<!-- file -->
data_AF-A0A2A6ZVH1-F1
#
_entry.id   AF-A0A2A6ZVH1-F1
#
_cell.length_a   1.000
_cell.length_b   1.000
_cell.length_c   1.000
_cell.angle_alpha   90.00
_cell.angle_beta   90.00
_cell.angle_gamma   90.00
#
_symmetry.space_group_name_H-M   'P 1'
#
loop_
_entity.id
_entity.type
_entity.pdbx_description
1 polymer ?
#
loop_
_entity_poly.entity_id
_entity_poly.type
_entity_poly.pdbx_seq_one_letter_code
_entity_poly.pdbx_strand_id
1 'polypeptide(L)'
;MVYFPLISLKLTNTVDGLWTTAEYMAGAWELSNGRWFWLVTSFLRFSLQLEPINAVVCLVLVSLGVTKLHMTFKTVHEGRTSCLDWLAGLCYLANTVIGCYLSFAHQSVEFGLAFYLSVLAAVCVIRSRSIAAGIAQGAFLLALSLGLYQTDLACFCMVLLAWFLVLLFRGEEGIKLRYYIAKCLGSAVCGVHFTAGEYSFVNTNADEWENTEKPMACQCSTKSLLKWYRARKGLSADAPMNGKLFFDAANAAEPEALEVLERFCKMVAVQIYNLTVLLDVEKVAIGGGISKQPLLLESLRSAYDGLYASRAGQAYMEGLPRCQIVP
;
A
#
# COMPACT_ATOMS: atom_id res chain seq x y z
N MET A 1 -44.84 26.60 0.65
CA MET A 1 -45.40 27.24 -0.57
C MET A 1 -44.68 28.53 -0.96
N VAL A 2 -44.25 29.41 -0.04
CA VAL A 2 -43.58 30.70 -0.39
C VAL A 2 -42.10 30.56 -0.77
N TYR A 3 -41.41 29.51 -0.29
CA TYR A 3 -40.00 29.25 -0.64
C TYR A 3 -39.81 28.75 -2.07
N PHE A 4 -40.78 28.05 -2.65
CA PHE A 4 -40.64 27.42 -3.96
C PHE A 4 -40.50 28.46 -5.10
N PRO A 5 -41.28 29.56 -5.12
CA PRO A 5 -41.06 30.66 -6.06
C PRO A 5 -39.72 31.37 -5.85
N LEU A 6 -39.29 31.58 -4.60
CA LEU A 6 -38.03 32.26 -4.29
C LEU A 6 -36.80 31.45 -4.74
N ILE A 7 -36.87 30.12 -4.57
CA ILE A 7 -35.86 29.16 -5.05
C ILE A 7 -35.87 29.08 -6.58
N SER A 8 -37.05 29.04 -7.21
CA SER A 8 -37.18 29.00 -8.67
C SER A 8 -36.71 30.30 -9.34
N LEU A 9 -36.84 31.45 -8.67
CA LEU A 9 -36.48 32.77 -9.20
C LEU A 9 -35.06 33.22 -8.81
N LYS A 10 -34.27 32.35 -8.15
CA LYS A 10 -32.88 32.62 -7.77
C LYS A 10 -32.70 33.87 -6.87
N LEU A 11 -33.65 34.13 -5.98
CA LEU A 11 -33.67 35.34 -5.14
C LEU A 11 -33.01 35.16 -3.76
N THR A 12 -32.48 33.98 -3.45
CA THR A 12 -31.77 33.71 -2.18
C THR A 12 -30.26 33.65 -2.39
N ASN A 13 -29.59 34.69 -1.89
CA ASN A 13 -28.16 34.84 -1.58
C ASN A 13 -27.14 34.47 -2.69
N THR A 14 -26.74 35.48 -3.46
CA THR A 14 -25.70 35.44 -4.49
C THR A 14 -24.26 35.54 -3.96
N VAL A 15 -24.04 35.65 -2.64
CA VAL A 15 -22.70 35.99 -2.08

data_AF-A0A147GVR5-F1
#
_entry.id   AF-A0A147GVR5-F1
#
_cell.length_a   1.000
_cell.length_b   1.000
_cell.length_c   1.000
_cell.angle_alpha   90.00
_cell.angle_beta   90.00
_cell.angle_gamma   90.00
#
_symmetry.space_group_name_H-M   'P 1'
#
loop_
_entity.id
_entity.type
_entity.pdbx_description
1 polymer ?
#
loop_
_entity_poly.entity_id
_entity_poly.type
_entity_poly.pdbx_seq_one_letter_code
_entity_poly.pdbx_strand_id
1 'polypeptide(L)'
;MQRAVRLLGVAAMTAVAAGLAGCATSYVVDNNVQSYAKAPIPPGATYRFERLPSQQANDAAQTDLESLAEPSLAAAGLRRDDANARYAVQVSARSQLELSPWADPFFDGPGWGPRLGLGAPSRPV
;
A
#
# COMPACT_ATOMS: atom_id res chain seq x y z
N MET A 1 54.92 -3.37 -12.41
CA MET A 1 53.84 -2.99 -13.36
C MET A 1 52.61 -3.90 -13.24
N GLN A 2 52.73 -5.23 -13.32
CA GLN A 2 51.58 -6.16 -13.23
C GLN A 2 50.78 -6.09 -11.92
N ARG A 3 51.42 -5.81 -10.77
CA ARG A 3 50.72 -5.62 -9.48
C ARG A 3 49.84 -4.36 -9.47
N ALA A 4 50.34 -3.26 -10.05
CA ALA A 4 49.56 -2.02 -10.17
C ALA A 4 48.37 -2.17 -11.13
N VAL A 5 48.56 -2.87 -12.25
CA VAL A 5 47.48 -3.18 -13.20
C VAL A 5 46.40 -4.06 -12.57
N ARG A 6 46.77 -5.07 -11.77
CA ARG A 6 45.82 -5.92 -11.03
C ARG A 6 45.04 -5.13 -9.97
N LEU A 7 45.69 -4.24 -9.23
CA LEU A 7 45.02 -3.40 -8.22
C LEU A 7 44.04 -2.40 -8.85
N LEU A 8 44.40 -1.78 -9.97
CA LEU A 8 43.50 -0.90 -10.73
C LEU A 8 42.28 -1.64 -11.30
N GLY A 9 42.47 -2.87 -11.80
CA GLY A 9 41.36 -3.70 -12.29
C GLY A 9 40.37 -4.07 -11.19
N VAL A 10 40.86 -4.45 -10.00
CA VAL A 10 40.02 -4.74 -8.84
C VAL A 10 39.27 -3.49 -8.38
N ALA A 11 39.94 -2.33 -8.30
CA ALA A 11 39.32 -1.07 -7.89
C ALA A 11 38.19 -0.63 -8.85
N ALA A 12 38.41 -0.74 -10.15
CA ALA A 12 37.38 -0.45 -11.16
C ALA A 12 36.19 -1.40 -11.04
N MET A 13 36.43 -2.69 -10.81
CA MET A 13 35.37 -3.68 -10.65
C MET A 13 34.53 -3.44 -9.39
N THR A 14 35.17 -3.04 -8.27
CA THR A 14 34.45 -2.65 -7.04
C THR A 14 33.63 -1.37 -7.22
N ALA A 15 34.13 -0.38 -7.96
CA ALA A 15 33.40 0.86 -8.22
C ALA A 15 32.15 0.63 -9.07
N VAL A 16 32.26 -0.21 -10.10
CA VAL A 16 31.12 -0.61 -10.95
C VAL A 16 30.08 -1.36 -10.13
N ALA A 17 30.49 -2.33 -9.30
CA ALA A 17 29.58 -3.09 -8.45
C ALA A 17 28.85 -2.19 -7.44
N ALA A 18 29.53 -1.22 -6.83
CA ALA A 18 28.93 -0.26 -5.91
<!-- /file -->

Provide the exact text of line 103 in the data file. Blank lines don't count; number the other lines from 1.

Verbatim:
#